EQ1: Where is that Wurmslayer, 11 years later?

Nashuya + Wurmslayer + Shield of Shadows

After posting that ancient picture of my warrior, Nina, with the old EQ1 Wurmslayer, I got to wondering how it would look on her in new EQ, with the new(er) Luclin character models. Problem was EQ1 broke on me a couple years back and I uninstalled it.

So, downloaded the free to play version. Nina was still in the Plane of Justice. Now, it’s been a long time, but I think she was doing the PoJ trials in a group seven or eight years ago, and I’ve only had her out for screen shots since. Anyway, she didn’t have WS on her, so I popped out to the bank in the Plane of Tranquility (still remembering how to get through the PoJ maze ftw) and nope, wasn’t there.

I did receive a magical tome that, when checked, would tell me what were the good quests for my level, and the zones where I might adventure. Unsurprisingly, the Serpent’s Spine zones were top of the list. Going to Serpent’s Spine is almost _cheating_, the xp is so good.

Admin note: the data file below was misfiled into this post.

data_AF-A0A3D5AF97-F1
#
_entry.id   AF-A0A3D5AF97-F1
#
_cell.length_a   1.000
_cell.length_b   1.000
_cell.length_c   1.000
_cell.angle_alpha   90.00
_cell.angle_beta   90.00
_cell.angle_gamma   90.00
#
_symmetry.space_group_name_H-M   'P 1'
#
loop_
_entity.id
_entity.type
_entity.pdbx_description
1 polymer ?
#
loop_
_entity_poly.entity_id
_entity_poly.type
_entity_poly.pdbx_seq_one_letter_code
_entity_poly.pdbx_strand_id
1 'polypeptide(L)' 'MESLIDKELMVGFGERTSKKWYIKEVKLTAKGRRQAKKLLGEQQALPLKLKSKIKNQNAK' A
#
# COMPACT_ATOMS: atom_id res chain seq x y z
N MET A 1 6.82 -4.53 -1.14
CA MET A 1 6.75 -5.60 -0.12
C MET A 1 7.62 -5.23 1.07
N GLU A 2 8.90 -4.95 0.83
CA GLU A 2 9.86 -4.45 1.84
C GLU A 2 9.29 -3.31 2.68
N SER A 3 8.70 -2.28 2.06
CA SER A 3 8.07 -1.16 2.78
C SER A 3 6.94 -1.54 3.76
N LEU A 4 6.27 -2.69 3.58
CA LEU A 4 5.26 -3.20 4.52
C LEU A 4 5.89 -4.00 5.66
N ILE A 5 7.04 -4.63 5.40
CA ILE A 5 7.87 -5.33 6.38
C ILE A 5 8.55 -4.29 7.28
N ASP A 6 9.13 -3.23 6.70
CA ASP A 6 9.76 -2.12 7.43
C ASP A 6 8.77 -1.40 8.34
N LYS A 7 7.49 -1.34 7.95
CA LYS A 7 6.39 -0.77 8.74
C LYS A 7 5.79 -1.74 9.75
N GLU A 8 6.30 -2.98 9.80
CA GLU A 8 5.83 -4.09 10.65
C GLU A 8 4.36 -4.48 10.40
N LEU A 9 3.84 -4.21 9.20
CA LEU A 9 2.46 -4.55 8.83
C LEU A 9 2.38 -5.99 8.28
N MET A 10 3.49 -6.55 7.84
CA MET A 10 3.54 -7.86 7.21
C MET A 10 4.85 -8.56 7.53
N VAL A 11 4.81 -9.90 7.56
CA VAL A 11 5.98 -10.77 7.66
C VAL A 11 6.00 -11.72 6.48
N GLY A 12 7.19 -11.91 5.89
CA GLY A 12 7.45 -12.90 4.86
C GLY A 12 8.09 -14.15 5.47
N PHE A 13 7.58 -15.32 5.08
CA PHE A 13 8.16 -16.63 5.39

Camped to Tipa. She was in the Guild Lobby, one of the few zones where you can find a crowd of people still. Someone said HI! to me in /ooc. I said HI! back, but I didn’t recognize the name — probably an alt. I love my old server. Anyway, I had a wide selection of uber daggers in Tipa’s bank, but no sign of Wurmslayer. It’d have been weird if she had it; it’s not a rogue weapon, and she was created AFTER Nina. The line of gifting stretches the other way. I was hoping the weapon wasn’t on Etha, as she’s on a non-subscribed account.

Last try: my shadow knight, Nashuya. I didn’t actually name her after the New Hampshire city, Nashua. The random name generator spit that one out. But of course, when it did, I had to have it, and made her last name N’Hamsha when she hit 20. Once in a blue moon, someone would “get” it, and ask me if I came from New Hampshire. I do, but was living in California at the time. It was always a great conversation starter.

Anyway, she was wielding Narandi’s Lance. I’d gotten that by helping someone with the Tenth Ring quest in Velious. Always wanted that. Grabbed it for Nashuya.